How do you instill an appreciation for civics?
Framing seemingly distant or esoteric economic issues as being directly relevant to the well-being of people is one approach the Foundation takes to motivate civic engagement. It is important to show that certain policies not only improve productivity or investment, but also lead to a higher quality of life.
Through its outreach and youth education efforts, the Foundation encourages political participation, and promotes transparency of public institutions. The Civil Development Forum also lowers the barriers to civic participation through innovations such as its tax calculator—a tool that improves awareness about taxation and public expenditures.
What advice do you have for young think tanks addressing controversial public issues?
First and foremost, do not be afraid of controversial public issues. While a think tank is not a political party and does not have to win elections, it still needs to be relevant and credible. Therefore, it is important to understand what is acceptable to an organization’s stakeholders and the general public. Second, be sure to cultivate relations with traditional media. Third, learn and seek inspiration from bigger and more established institutions—even ones abroad. Finally, use time wisely by developing better ideas and communication methods, not by complaining.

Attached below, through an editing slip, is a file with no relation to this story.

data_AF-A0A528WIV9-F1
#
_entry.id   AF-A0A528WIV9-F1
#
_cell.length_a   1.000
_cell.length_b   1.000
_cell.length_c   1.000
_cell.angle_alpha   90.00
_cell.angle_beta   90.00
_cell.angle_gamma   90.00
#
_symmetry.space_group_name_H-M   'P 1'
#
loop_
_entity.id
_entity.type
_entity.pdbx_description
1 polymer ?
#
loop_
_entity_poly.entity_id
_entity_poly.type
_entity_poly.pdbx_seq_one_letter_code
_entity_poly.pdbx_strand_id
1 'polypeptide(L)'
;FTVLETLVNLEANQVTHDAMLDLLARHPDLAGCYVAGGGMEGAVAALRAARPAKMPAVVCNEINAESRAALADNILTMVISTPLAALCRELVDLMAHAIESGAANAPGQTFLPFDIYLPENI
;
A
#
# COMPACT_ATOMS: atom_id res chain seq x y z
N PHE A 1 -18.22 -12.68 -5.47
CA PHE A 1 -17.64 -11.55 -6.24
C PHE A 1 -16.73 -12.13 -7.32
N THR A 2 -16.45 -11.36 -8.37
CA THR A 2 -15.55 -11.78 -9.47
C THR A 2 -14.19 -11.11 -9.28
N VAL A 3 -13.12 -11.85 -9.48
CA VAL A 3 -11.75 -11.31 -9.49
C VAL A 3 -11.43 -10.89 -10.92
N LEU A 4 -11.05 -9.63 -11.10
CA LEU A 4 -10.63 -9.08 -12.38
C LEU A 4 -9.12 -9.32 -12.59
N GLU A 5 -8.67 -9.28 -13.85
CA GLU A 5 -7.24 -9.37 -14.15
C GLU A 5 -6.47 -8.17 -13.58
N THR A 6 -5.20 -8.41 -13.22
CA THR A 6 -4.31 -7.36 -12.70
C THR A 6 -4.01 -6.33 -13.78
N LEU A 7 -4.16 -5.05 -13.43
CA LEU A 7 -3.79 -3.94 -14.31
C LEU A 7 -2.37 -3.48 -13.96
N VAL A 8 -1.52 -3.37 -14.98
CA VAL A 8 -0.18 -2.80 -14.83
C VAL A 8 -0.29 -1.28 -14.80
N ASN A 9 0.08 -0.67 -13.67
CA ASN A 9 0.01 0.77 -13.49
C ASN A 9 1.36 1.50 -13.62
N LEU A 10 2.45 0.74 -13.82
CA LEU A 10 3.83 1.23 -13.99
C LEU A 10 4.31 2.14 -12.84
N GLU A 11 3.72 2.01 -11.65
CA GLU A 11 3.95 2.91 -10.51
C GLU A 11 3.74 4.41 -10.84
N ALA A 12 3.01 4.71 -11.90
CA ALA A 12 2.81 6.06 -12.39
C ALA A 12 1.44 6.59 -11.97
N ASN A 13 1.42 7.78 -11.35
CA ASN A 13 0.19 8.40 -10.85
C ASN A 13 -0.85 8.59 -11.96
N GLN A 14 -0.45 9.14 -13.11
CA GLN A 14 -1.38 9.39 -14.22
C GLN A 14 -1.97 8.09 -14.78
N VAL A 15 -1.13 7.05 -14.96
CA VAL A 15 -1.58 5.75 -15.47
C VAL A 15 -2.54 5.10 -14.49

Marek Tatała, Vice President and Economist, Fundacja Forum Obywatelskiego Rozwoju (FOR) (Civil Development Forum), Poland
An Interview with Kwame Owino
Why was the Institute of Economic Affairs founded?
A group of Kenyan professionals established IEA in 1992 to inform democratic debate around economic and social policy in Kenya. After the fall of the Berlin Wall, the wave of democratic reforms that swept Europe also catalyzed democratic changes in Kenya, leading to a reversion to multi-party democracy. The IEA’s founders wanted to harness the voices of business and other professionals at this critical juncture in Kenya’s history.